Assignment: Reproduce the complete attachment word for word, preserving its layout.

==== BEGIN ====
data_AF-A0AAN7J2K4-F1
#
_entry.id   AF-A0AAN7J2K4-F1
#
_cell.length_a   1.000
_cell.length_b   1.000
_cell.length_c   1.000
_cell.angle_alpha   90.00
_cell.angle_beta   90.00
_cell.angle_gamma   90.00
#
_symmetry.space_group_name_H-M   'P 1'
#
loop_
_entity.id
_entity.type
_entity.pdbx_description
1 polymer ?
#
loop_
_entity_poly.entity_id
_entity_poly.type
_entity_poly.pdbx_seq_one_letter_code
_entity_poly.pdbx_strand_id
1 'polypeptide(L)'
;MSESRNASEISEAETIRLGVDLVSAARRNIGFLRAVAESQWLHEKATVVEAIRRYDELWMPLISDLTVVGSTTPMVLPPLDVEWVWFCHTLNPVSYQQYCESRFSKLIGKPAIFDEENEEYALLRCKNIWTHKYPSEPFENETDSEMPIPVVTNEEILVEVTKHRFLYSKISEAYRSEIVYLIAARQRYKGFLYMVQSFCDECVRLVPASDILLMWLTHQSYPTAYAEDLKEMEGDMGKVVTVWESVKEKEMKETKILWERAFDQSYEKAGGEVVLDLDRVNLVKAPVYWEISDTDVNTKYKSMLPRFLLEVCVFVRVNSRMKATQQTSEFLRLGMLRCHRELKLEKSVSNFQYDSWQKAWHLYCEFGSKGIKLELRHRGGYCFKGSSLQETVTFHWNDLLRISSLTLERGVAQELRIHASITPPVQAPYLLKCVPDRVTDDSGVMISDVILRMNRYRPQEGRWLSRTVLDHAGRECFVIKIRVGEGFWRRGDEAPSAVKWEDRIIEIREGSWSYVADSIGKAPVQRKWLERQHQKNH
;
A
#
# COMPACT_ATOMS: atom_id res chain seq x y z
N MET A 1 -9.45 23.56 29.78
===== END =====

data_AF-A0AAN7J2K4-F1
#
_entry.id   AF-A0AAN7J2K4-F1
#
_cell.length_a   1.000
_cell.length_b   1.000
_cell.length_c   1.000
_cell.angle_alpha   90.00
_cell.angle_beta   90.00
_cell.angle_gamma   90.00
#
_symmetry.space_group_name_H-M   'P 1'
#
loop_
_entity.id
_entity.type
_entity.pdbx_description
1 polymer ?
#
loop_
_entity_poly.entity_id
_entity_poly.type
_entity_poly.pdbx_seq_one_letter_code
_entity_poly.pdbx_strand_id
1 'polypeptide(L)'
;MSESRNASEISEAETIRLGVDLVSAARRNIGFLRAVAESQWLHEKATVVEAIRRYDELWMPLISDLTVVGSTTPMVLPPLDVEWVWFCHTLNPVSYQQYCESRFSKLIGKPAIFDEENEEYALLRCKNIWTHKYPSEPFENETDSEMPIPVVTNEEILVEVTKHRFLYSKISEAYRSEIVYLIAARQRYKGFLYMVQSFCDECVRLVPASDILLMWLTHQSYPTAYAEDLKEMEGDMGKVVTVWESVKEKEMKETKILWERAFDQSYEKAGGEVVLDLDRVNLVKAPVYWEISDTDVNTKYKSMLPRFLLEVCVFVRVNSRMKATQQTSEFLRLGMLRCHRELKLEKSVSNFQYDSWQKAWHLYCEFGSKGIKLELRHRGGYCFKGSSLQETVTFHWNDLLRISSLTLERGVAQELRIHASITPPVQAPYLLKCVPDRVTDDSGVMISDVILRMNRYRPQEGRWLSRTVLDHAGRECFVIKIRVGEGFWRRGDEAPSAVKWEDRIIEIREGSWSYVADSIGKAPVQRKWLERQHQKNH
;
A
#
# COMPACT_ATOMS: atom_id res chain seq x y z
N MET A 1 -9.45 23.56 29.78